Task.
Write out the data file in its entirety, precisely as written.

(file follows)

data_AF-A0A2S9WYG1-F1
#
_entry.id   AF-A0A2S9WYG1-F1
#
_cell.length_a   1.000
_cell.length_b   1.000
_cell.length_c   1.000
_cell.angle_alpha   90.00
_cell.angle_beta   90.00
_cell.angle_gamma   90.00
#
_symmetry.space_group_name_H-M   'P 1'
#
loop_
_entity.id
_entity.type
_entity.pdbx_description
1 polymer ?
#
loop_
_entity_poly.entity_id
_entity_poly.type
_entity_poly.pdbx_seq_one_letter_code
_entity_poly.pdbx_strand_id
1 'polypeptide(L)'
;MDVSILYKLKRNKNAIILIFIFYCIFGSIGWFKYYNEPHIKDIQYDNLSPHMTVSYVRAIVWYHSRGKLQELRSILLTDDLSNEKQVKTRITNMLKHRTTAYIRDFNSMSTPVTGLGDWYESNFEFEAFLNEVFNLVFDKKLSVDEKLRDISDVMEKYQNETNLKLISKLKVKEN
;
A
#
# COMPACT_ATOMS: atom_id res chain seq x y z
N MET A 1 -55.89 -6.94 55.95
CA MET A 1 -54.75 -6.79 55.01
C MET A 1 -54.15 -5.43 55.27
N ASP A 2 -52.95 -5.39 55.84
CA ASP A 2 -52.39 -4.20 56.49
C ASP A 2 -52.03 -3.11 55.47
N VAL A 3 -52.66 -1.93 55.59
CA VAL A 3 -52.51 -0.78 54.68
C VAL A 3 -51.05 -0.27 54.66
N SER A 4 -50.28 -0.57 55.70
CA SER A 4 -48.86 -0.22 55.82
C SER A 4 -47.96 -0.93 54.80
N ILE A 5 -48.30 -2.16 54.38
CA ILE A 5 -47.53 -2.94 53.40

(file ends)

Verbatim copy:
data_AF-A0A2S9WYG1-F1
#
_entry.id   AF-A0A2S9WYG1-F1
#
_cell.length_a   1.000
_cell.length_b   1.000
_cell.length_c   1.000
_cell.angle_alpha   90.00
_cell.angle_beta   90.00
_cell.angle_gamma   90.00
#
_symmetry.space_group_name_H-M   'P 1'
#
loop_
_entity.id
_entity.type
_entity.pdbx_description
1 polymer ?
#
loop_
_entity_poly.entity_id
_entity_poly.type
_entity_poly.pdbx_seq_one_letter_code
_entity_poly.pdbx_strand_id
1 'polypeptide(L)'
;MDVSILYKLKRNKNAIILIFIFYCIFGSIGWFKYYNEPHIKDIQYDNLSPHMTVSYVRAIVWYHSRGKLQELRSILLTDDLSNEKQVKTRITNMLKHRTTAYIRDFNSMSTPVTGLGDWYESNFEFEAFLNEVFNLVFDKKLSVDEKLRDISDVMEKYQNETNLKLISKLKVKEN
;
A
#
# COMPACT_ATOMS: atom_id res chain seq x y z
N MET A 1 -55.89 -6.94 55.95
CA MET A 1 -54.75 -6.79 55.01
C MET A 1 -54.15 -5.43 55.27
N ASP A 2 -52.95 -5.39 55.84
CA ASP A 2 -52.39 -4.20 56.49
C ASP A 2 -52.03 -3.11 55.47
N VAL A 3 -52.66 -1.93 55.59
CA VAL A 3 -52.51 -0.78 54.68
C VAL A 3 -51.05 -0.27 54.66
N SER A 4 -50.28 -0.57 55.70
CA SER A 4 -48.86 -0.22 55.82
C SER A 4 -47.96 -0.93 54.80
N ILE A 5 -48.30 -2.16 54.38
CA ILE A 5 -47.53 -2.94 53.40